Rise Armament also offers its new Iconic trigger, which I’ve also evaluated. While the RA-­535 is exceptional, I prefer the Iconic for precision use. Rise Armament has become the Stealth Bomber (i.e., “before anyone knew about it”) of the AR trigger world. These products have flown under the radar, but Rise Armament makes exceptional triggers. Both the RA-­535 and the Iconic make precision marksmanship easy and have hammer shapes ideal for long-­range shooting. 

gaad-rise-armament-05-1200x800
The Magpul PRS Gen 3 stock is an excellent choice for precision work because the comb and length-of-pull can be adjusted. It complements the layout of the 1121XR for long-distance shots. (Photo by Mark Fingar)

My preference for the new Iconic is due to the two-­stage design and the lighter 3-­pound combined pull weight. It’s incredibly difficult to get a pull weight that light on an AR trigger because the bolt velocity requires substantial sear engagement. What makes it doubly difficult is how Rise Armament incorporated a full-­power hammer spring.

gaad-rise-armament-06-1200x800
The JP Enterprises Silent Capture Springs Buffer System (Gen 2, jprifles.com) was selected for use in the 1121XR. It was specifically designed for smooth operation and noise reduction. MSRP $160 (Photo by Mark Fingar)

The U.S. Army Marksmanship Unit figured out a couple decades ago that the AR’s best accuracy only comes when using a full-­power hammer spring because a primer needs to be smacked pretty hard to get the most consistent ignition. However, the biggest trigger-pull cheat code is to use a lighter hammer spring because it’s easier for the trigger to let-­off. Rise Armament employed no such shady tactics to obtain the unit’s incredibly crisp 3-­pound pull weight with the new Iconic trigger. It’s just a good, solid design made from great engineering.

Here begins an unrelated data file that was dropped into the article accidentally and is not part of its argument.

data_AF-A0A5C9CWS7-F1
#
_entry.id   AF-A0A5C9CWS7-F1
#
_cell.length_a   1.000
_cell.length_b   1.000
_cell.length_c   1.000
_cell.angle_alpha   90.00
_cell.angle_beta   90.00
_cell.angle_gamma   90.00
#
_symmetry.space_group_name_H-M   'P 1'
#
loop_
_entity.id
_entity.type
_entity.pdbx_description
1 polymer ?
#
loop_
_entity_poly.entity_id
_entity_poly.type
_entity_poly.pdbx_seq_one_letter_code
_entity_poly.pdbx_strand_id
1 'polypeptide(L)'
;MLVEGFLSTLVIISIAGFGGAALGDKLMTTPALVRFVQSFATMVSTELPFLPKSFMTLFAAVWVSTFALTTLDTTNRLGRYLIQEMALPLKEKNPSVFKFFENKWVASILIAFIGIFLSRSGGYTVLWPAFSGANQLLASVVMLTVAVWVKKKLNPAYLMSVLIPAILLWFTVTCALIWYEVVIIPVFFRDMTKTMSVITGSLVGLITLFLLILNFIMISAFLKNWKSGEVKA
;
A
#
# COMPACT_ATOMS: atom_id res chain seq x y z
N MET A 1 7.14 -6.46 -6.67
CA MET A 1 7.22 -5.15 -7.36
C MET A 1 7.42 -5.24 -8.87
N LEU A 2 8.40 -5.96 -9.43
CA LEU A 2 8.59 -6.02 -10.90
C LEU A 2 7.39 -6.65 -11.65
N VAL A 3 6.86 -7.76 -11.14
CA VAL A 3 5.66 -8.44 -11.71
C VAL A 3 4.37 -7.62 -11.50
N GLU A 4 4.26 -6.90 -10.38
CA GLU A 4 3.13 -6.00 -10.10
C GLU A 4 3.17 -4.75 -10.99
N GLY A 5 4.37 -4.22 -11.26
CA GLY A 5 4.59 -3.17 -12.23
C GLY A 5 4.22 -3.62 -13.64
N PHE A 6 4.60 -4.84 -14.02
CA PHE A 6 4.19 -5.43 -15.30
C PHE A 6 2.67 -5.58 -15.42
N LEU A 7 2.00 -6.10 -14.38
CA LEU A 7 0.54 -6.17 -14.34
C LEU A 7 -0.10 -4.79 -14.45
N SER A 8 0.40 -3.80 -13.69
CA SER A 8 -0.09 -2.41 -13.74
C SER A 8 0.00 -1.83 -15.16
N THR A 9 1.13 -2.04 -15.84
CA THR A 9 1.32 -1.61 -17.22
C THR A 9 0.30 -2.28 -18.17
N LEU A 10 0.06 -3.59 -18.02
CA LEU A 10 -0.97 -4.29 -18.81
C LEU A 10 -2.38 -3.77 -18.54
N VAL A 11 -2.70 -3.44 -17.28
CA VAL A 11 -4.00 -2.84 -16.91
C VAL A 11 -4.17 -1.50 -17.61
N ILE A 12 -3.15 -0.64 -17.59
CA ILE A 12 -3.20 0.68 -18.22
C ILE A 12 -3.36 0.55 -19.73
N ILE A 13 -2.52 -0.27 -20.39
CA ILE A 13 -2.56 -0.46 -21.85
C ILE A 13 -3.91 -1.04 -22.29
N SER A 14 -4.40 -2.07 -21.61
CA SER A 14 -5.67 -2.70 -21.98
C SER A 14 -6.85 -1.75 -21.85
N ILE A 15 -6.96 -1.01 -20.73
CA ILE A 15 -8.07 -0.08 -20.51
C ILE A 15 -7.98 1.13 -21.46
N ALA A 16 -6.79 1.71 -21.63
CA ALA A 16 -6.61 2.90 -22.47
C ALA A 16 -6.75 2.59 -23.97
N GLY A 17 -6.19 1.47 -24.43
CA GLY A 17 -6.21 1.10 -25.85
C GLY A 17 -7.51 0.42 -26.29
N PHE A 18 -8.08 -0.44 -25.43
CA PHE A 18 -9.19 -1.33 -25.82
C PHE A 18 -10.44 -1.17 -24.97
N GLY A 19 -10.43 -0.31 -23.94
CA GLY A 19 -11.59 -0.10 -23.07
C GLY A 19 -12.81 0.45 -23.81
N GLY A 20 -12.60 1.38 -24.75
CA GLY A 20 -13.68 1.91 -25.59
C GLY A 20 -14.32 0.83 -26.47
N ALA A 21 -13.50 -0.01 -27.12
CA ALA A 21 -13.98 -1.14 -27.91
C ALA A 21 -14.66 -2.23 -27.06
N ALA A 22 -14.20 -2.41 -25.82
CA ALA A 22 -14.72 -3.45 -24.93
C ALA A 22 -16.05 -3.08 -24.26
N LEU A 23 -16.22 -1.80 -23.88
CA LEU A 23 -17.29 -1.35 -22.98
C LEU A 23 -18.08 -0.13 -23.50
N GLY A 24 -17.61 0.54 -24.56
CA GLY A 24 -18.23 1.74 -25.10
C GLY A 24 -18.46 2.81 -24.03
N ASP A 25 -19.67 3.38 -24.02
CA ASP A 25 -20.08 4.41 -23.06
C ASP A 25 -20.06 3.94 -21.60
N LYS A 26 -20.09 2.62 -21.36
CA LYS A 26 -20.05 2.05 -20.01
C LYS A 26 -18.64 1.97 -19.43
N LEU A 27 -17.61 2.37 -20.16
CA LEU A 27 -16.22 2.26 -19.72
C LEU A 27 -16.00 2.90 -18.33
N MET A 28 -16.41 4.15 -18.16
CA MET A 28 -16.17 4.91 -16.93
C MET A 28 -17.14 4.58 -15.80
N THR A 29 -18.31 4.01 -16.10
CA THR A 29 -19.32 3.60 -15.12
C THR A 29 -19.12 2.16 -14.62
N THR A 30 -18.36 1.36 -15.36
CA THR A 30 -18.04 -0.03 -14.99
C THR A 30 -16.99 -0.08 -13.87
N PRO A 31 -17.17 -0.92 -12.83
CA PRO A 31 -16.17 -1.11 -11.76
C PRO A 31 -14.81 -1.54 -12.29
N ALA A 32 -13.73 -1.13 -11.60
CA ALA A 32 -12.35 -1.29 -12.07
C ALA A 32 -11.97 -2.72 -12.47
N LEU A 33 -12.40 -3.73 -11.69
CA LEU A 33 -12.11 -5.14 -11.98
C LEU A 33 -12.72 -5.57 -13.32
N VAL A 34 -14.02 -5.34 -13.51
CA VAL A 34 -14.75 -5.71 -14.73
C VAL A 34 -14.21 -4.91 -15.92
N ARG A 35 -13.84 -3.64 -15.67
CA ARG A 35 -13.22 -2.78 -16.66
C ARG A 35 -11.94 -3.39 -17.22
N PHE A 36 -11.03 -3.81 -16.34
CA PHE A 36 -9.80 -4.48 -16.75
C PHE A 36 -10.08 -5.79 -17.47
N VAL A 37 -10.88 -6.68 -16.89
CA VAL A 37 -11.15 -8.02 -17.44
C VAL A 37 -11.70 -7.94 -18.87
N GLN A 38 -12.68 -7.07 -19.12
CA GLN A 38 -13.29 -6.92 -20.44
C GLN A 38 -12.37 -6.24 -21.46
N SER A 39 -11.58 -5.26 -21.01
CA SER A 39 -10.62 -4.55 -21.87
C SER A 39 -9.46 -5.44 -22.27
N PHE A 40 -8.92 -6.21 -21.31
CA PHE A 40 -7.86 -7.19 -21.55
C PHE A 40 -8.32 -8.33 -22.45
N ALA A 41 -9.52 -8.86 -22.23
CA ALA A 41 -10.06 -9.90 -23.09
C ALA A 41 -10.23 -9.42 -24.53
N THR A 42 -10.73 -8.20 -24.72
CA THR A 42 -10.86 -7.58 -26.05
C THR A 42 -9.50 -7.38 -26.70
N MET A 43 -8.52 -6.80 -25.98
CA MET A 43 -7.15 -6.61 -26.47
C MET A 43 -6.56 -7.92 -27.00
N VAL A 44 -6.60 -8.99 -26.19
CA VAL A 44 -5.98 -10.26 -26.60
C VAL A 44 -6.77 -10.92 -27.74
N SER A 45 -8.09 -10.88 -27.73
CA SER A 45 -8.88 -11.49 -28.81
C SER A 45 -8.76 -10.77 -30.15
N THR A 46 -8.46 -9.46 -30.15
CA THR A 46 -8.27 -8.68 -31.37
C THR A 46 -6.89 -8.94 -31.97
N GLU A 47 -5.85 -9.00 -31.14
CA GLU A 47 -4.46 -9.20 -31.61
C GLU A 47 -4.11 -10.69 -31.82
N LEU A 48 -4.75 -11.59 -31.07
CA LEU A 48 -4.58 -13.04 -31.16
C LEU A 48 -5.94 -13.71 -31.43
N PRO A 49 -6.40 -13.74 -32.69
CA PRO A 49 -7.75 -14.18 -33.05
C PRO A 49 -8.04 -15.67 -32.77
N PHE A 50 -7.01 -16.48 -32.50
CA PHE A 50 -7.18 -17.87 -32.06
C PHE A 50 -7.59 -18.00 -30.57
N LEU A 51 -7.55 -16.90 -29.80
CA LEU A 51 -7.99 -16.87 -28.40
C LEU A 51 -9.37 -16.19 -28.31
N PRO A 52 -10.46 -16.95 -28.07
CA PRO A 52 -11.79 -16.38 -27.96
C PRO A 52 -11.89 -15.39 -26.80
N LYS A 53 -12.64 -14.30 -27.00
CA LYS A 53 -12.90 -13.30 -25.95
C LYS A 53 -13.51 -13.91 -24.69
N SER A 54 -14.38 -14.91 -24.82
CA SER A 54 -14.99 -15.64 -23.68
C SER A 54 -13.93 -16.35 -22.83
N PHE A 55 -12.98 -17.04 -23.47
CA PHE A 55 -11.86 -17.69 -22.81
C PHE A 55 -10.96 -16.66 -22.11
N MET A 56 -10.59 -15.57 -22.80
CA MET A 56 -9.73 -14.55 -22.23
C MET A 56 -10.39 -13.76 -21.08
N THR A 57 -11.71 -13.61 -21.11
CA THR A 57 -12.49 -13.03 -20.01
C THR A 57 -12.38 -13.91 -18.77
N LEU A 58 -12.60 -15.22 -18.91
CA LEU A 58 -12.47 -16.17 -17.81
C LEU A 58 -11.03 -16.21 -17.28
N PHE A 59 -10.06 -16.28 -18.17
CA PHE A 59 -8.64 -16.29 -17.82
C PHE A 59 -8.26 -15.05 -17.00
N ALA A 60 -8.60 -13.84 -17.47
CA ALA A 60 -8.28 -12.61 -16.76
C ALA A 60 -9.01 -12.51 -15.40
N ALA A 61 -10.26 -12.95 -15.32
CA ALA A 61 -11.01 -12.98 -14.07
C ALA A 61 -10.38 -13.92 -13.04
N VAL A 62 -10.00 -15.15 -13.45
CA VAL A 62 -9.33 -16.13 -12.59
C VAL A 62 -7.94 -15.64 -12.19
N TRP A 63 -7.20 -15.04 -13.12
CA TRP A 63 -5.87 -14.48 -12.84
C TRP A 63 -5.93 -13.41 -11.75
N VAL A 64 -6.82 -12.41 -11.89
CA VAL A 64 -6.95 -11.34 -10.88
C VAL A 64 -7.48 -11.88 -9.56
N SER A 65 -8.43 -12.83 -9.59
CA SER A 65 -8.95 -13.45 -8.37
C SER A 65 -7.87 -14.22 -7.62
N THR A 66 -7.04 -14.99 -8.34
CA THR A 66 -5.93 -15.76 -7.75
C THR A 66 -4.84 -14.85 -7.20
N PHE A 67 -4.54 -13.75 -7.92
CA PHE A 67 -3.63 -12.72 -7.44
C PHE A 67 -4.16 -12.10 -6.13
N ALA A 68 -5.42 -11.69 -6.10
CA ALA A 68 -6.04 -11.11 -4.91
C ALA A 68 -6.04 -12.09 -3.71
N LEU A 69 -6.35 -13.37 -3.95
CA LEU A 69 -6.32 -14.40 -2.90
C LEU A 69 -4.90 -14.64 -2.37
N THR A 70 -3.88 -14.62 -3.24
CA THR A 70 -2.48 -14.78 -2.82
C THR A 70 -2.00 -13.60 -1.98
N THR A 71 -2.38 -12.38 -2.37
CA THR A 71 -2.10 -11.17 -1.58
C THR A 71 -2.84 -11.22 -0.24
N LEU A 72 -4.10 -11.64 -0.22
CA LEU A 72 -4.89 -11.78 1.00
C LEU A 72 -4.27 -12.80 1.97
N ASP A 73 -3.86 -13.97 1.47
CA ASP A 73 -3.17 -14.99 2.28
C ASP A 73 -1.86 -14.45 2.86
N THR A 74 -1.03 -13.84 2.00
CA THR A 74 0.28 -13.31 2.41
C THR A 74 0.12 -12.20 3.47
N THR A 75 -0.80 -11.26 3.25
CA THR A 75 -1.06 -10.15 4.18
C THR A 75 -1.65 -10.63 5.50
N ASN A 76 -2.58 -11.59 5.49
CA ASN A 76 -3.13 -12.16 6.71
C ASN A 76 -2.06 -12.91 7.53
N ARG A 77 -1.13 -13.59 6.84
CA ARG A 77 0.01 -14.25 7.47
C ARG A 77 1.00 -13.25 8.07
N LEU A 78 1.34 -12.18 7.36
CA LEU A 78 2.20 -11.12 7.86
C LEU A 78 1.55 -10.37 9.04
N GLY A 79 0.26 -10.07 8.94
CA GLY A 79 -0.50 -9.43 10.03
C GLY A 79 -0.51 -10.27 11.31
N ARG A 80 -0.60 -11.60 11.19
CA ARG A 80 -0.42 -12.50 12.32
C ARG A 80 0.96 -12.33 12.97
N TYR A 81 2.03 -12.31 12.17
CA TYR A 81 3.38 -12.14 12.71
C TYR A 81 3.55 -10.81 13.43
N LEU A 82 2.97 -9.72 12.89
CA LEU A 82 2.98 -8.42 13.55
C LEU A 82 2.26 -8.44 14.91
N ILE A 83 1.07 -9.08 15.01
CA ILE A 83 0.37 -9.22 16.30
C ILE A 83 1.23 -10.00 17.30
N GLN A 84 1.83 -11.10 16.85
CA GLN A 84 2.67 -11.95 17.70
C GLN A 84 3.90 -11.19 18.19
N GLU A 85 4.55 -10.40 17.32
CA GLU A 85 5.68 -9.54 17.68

The rest of the 1121XR rifle is also a product of ­quality manufacturing. Rise Armament shapes its receivers from billet aluminum, so everything is straight and true. They also make the 15-­inch handguard from billet to shroud the free-float barrel. M-­Lok slots along the bottom of the rail can accommodate either sections of Picatinny or ARCA rail.

gaad-rise-armament-07-1200x800
The 6.5 Creedmoor is an excellent choice for long-range AR shooting. It balances reach, accuracy and barrel life. (Photo by Mark Fingar)

The rifle also comes with Magpul’s Gen 3 PRS stock, the best choice for long-­range precision shooting. This stock has an adjustable comb to help the shooter establish the crucial connection between the head and the stock. A solid connection is necessary to allow the shooter to see where the bullet impacts to make corrections for near-­misses. The PRS stock also has a long-­angled toe that rides rear bags well. A sandbag under the toe helps minimize rifle movement during recoil, and the longer toe gives the stock more contact with the rear bag. The angle on the toe is useful when making small elevation corrections by either moving the rear bag closer to or further from the grip.

gaad-rise-armament-08-1200x800
(Photo by Mark Fingar)

I tested bullet weights from 130 to 147 grains and the 1121XR digested all with equal aplomb. I checked for over-­ or under-­gassing and saw no signs. All spent cases landed about 6 or 7 feet away from my shooting position at about the 4-­o’clock position. Rise Armament put dual ejectors on the bolt — as every large-­frame AR should have — so the rifle demonstrated positive ejection. There were no malfunctions during testing.

Recommended


The rifle ships with a Magpul PMag, which works well with factory ammunition. Should the noses of 140-­ or 147-­grain ammunition drag in the slightly cramped PMag, Federal’s 130-­grain Berger would be my top pick for use in this rifle. That 130-­grain bullet was designed for ARs; it’s shorter to avoid dragging on the magazine, but has a great ballistic coefficient and muzzle velocity for 1,000-yard shooting.